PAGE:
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Payments in 2024 #3 – Fighting back: A milestone year for tackling payment fraud

Fraud is the most common crime in England and Wales. Not only are payment service providers on the front line when it comes to preventing fraud, they are increasingly expected to step in so that victims of fraud get their money back.

Acting to slow the growth of fraud…

At the end of 2023 the FCA concluded its review of anti-fraud controls at payment service providers. In its report the FCA shares examples of good and poor practice. For example, the FCA believes that some firms can do more both to improve the support they offer fraud victims and to show that they are fully considering the characteristics of customer vulnerability when making decisions about fraud claims and complaints.

This year payment service providers should use the FCA’s findings to inform what more they can do to detect, manage and reduce fraud. This should be closely aligned to the firm’s implementation of the FCA’s Consumer Duty, i.e. the requirement to deliver good outcomes for retail customers.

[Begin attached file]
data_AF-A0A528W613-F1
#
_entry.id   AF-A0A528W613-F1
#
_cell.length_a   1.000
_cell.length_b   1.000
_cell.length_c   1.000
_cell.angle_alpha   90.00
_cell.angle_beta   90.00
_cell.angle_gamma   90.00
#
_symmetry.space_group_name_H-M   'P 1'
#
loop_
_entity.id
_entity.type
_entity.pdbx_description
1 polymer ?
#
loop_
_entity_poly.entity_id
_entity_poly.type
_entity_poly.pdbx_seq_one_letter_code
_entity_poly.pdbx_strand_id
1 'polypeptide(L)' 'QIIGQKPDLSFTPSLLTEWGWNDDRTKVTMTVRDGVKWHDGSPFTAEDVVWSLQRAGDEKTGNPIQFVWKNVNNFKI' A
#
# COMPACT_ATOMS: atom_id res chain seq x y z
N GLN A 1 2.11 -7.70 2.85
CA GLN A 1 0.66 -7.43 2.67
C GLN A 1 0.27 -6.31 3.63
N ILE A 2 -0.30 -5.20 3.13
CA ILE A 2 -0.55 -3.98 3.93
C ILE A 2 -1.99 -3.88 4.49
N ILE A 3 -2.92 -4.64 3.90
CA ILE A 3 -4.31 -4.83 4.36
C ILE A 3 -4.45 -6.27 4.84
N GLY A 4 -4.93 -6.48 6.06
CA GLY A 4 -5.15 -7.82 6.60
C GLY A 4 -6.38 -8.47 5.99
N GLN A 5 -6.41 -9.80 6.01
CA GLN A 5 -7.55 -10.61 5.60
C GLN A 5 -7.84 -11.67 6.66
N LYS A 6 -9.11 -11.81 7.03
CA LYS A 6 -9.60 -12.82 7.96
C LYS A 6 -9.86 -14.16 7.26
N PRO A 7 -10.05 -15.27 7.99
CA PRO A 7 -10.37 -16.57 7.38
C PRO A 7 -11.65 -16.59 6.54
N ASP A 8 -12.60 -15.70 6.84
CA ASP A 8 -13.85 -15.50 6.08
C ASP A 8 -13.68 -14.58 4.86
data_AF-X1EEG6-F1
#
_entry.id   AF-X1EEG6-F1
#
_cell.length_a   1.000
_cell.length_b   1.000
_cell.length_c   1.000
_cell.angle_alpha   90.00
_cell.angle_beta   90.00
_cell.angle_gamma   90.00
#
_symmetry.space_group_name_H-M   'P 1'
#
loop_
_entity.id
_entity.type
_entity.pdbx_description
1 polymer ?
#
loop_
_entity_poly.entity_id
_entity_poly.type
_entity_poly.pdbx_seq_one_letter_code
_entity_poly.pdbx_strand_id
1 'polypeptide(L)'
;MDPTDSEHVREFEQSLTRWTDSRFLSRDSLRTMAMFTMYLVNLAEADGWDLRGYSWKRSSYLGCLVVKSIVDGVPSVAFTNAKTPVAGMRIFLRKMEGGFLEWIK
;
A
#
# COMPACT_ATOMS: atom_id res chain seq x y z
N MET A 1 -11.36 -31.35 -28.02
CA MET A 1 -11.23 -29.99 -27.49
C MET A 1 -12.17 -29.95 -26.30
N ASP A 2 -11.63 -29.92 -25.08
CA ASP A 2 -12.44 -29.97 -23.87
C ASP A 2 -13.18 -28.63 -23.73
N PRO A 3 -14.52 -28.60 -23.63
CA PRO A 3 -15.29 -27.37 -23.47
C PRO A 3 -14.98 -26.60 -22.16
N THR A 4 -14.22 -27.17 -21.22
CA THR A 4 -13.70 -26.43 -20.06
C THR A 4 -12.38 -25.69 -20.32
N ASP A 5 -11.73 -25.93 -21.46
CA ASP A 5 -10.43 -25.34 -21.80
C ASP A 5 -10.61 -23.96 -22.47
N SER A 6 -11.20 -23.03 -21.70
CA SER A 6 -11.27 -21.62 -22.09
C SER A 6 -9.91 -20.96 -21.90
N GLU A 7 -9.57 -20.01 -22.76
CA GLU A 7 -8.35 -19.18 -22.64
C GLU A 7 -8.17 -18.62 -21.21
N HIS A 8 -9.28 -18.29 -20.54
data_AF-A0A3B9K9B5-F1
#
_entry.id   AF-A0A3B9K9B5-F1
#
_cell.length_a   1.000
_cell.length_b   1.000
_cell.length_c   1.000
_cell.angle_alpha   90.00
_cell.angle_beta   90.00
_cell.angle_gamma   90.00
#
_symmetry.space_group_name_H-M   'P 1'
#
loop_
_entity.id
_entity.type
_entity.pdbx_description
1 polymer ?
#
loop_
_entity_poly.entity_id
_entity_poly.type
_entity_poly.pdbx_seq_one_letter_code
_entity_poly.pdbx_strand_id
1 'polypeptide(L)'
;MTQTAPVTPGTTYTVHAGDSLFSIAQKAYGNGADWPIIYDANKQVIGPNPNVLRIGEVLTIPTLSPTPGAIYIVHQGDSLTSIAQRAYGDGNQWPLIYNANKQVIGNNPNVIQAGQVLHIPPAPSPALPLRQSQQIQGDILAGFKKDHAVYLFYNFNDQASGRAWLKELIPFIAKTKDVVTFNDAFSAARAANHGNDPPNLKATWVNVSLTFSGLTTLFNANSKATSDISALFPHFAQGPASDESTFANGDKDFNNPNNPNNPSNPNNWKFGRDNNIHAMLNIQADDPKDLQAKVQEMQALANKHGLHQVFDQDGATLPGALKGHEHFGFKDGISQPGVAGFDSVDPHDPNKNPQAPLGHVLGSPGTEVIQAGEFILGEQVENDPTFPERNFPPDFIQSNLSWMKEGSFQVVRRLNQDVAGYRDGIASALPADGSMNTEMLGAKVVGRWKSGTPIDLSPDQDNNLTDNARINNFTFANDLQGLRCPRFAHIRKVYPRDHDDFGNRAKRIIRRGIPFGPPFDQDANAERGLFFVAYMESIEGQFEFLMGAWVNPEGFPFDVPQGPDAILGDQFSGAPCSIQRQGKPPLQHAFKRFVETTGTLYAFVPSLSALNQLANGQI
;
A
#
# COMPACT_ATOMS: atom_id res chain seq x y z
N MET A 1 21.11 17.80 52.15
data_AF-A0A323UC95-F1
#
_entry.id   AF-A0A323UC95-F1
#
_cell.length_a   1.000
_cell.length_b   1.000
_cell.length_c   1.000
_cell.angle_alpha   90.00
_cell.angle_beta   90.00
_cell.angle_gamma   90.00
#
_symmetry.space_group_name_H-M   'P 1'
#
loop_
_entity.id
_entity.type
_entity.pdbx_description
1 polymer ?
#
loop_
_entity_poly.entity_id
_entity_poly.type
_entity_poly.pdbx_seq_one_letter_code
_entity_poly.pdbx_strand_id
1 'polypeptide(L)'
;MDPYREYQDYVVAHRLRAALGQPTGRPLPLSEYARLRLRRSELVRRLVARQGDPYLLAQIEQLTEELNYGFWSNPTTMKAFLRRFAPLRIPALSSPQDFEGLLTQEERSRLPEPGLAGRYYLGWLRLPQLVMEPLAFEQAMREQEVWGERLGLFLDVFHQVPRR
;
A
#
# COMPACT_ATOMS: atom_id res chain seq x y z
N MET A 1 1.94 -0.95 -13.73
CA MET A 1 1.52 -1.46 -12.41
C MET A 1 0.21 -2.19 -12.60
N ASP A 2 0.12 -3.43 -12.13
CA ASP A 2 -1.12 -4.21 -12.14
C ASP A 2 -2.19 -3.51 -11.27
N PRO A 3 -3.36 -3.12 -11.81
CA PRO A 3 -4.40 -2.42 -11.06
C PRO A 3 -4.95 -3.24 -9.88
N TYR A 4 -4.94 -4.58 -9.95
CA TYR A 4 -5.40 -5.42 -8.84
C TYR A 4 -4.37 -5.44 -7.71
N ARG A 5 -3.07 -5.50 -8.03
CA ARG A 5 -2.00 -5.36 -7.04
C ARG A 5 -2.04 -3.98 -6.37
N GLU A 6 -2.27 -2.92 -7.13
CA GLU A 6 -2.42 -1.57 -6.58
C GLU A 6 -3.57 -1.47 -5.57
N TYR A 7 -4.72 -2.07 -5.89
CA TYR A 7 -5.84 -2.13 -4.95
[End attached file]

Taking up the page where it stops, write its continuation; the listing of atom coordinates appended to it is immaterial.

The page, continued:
…and footing the bill when it happens

The government’s Fraud Strategy plans to deliver a 10% cut in fraud by the end of this year. As well tackling the source of the crime, this strategy also includes plans for payment service providers to reimburse more victims, in particular those subject to authorised push payment fraud.

APP fraud involves the criminal tricking the victim into sending money directly to an account controlled by the fraudster. 97% of authorised push payment fraud happens over the Faster Payments system.

The Payment Systems Regulator is introducing a new reimbursement requirement for APP fraud within Faster Payments. Payment service providers must work through details of the new framework to ensure they have all the necessary processes and procedures in place.

According to the PSR, the UK is the first country in the world to implement consistent standards to reimburse victims of APP fraud. With the EU and other jurisdictions considering similar measures, it is unlikely to remain the only one.

Date for the diary: 7 October 2024 – the PSR’s reimbursement requirement comes into force.

This is the third in a series of five blogposts looking at the outlook for payments regulation in the EU and UK. Read the Fintech and Payments section of our Financial Regulation Legal Outlook 2024 for more.


fraud, app, consumer duty, uk, fintech, payments, financial crime and market abuse